The ranges presented in Table 4 show variation in the estimated costs based on uncertainty analysis conducted for the cost inputs (i.e. varying personnel time, supply and equipment costs, and hospitalization costs by ±25%). Considering the base case cost estimates, medication abortion was less costly than MVA. However, considering the uncertainty analysis ranges, the plausible ranges for the costs of the two procedures overlap, suggesting that the costs of the two procedures could be the same in some circumstances. This is explored further in the sensitivity analysis (see below).
Personnel costs were the largest contributor to total costs for both procedures. Given the extremely low rate of hospitalization among women who had a medical abortion and a study follow-up visit (0.4%, 3/714)) in the operations research study, the contribution of hospitalization costs to the total average cost of medication abortion is minimal. Because no women who had an MVA were hospitalized, there are no hospitalization costs for MVA. Laboratory costs are zero for both procedures because no site conducted investigations requiring outsourced testing.
Table 5 provides the total cost of abortions performed during the operations research study as well as the cost effectiveness outcomes. More was spent on medication abortion procedures than MVA procedures simply because more women had medication abortion procedures. The average cost for a complete/uncomplicated medication abortion was $61.06, and the average cost for a complete/uncomplicated MVA was $69.60. For a failed procedure with hospitalization for complications, the cost per complete medication abortion was $164.47. The cost per complete abortion was $64.06 for medication abortion and $69.60 for MVA. The total costs to the health service of providing 1,129 first-trimester abortions during the 16-month study period was $73,833.
Table 6 provides further detail on the model inputs and ranges explored in the sensitivity analysis. The total average cost of medication abortion was moderately sensitive to the cost of mifepristone. Reducing the price of mifepristone by a hypothetical 50% per 200 mg tablet to a price of $8.00 (113.76 South African Rands) would result in a 14.1% decrease in the average cost per complete medication abortion, resulting in a cost of $56.13 per complete abortion. In contrast, procedural costs were relatively insensitive to the lifespan of the MVA aspirator; reducing its lifespan from the reported 30 days to an average of 7 days would result in only minimal increases in the average cost of a complete medication abortion (by 0.1%) and MVA (by 4.0%).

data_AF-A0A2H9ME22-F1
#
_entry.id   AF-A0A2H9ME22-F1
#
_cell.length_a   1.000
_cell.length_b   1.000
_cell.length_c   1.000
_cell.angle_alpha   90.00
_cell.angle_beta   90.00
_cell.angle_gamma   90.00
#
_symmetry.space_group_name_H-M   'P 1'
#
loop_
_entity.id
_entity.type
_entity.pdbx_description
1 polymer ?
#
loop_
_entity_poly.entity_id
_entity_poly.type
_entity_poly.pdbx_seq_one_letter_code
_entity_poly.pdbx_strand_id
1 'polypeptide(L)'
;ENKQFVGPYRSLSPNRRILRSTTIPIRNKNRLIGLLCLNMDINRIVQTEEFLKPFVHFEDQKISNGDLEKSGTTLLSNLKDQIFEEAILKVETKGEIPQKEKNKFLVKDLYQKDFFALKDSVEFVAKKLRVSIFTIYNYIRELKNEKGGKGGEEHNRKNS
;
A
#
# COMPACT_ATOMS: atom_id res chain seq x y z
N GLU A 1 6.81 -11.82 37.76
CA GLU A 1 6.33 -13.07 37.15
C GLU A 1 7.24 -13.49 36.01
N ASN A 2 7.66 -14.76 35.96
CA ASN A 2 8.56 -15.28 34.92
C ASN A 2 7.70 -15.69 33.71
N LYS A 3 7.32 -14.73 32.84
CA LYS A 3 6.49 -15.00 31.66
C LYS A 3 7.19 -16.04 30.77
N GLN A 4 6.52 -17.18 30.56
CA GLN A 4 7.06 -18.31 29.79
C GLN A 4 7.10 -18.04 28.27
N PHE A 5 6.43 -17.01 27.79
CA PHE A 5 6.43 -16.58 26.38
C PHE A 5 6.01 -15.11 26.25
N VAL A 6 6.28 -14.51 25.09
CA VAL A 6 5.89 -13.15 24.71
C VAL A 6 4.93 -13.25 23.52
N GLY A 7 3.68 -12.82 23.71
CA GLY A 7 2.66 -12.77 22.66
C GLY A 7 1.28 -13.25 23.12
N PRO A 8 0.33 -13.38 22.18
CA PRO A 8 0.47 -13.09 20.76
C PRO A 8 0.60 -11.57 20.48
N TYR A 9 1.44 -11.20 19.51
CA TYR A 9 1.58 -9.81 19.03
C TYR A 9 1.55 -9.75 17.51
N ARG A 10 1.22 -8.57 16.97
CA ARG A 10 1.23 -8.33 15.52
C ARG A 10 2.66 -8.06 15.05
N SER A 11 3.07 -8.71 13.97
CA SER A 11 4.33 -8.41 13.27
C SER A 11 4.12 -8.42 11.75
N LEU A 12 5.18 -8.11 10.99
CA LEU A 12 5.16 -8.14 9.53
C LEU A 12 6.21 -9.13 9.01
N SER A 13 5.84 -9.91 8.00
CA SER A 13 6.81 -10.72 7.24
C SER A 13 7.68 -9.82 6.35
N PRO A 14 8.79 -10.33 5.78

Questions in South Africa regarding the proportion of women presenting for abortion who are eligible for medication abortion and, of those, the proportion who might choose medication abortion prompted exploration of the impact of varying the rates observed in the study. Simultaneously reducing both medication abortion eligibility and choice to 50% resulted in a 0.7% increase in complete medication abortion costs due to the lowered service volume.
Published literature suggests that the completion rate for medication abortion may vary from 95–98% [20,40]. For this analysis, reducing the completion rate for medication abortion to 95% and holding the hospitalization rate constant at 0.4% increased the total average cost per complete procedure by 1.8%. However, simultaneously reducing the completion rate to 95% and increasing the hospitalization/complication rate to 5% increased the cost per complete medication abortion by 13.6% to $74.13. Reducing the completion rate for MVA to 95% (based on published completion rates [20,41]) and simultaneously assuming a hospitalization/complication rate of 5% resulted in 18.0% increase in the cost per complete procedure to $84.83.
Finally, technical guidance from the World Health Organization (WHO) suggests that routine in-person follow-up after medication abortion may not be required and that a two-week postoperative check-in after MVA may be advisable for a minority of women . Increasing the proportion of women who undergo a medication abortion and return for follow-up from the observed 85.6% to 100% increased the cost per complete procedure to $65.83; in contrast, reducing the follow-up visit rate to 0%, reduced the cost by 19.4% to $53.66. For MVA, increasing the follow-up visit rate from 0% to a hypothetical 10% resulted in a 1.4% increase in cost to $70.60 per complete abortion.